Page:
The theory and practice of Greece’s Renewing Left – which later became one of the founding forces of SYRIZA (following, of course, numerous additions and transformations which altered the party’s original character) – was formed through its opposition to the neighboring political forces, namely the Greek Communist Party (KKE) and PASOK socialists.
The Renewing Left stood against the dogmatism and mentality of Stalinism found in KKE, but at the same time distanced itself from the populism of late Socialist leader Andreas Papandreou and Papandreou’s cheerleaders, who at the time included Akis Tsochatzopoulos, Theodoros Pangalos, Costas Laliotis and, at a later stage, the proponents of the party’s populist wing, known as the “Avrianistes” (after the name of the pro-PASOK tabloid Avriani).
So when one talks about “the legacy of Andreas,” one ought to approach this legacy in its totality – and not selectively.
Greek politics does not need new legends or myths. After all, what we like to refer to as “charismatic personalities” have done as much service to the country as they have damage.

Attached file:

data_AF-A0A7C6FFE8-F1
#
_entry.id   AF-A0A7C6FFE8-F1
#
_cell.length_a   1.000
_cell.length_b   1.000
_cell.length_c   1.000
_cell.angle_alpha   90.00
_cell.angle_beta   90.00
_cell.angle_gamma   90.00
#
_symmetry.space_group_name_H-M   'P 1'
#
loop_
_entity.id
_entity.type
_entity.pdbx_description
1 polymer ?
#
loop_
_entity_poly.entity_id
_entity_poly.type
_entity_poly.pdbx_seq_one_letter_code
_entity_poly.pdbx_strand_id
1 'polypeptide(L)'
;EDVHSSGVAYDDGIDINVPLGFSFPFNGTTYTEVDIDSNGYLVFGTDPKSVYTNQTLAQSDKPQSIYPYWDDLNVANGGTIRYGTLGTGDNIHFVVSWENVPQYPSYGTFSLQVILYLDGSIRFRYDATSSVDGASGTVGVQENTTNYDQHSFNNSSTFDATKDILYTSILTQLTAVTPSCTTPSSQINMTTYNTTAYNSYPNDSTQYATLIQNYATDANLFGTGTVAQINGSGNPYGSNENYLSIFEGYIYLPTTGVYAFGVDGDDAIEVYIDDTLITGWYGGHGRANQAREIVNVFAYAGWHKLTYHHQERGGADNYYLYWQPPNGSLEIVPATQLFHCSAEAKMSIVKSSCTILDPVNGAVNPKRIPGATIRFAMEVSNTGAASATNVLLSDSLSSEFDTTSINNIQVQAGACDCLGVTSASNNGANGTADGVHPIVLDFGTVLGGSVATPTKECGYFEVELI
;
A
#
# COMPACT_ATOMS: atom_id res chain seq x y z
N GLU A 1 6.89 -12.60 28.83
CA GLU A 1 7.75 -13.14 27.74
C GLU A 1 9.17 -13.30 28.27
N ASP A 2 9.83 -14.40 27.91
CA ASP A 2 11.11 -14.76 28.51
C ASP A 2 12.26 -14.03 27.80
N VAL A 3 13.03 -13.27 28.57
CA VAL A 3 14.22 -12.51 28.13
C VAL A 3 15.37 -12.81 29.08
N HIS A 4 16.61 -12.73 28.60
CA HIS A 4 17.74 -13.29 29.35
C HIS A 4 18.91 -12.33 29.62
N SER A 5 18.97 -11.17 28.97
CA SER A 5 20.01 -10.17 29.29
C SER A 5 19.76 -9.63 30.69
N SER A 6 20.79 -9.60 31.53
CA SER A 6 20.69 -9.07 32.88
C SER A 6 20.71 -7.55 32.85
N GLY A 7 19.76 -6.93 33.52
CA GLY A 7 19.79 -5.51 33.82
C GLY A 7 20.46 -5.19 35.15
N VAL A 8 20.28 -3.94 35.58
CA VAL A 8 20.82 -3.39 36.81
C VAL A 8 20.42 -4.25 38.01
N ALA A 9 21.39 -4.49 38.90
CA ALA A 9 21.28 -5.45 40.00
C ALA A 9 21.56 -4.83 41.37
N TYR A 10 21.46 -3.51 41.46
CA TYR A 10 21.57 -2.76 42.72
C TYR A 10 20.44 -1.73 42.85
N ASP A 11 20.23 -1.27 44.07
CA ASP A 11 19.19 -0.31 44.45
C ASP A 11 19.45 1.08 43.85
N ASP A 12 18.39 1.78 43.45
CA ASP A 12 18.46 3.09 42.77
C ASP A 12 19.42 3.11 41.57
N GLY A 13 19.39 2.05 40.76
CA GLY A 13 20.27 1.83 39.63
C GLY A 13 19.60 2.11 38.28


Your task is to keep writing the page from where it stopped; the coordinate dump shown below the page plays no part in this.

PASOK – as a system, as an establishment and as a way of thinking – also influenced those parts of society who were not its voters. It is also safe to say that it left its mark on rival political formations. PASOK, nevertheless, came under fire from the minor Renewing Left. The criticism went on while many of its cadres flirted with PASOK, elevating opportunism into ideology. At the same time, many of its supporters voted for PASOK candidates in the second round of local elections, despite their earlier pledges to “never again” vote for Papandreou’s party.
So before Alexis Tsipras or SYRIZA decide to examine their ties to the “legacy of Andreas” or the idealized “early PASOK,” they should first ask themselves (now that they are ruling a country under outside supervision) what their relationship with that small legacy of Renewing Left is. After all, the problem with those who climb to power is not the extent to which they manage to implement their campaign pledges (following the rude awakening that is reality), but rather the extent to which they remain faithful to their founding values and principles.
If SYRIZA’s Pasokification were only a result of the heavy presence amid its ranks of officials who continue to admire Andreas, the malady might be reversible. But it’s far worse than that. In fact, it has reached all the way to the top, as manifested by Tsipras’s recent self-projection against Andreas’s idealized portrait.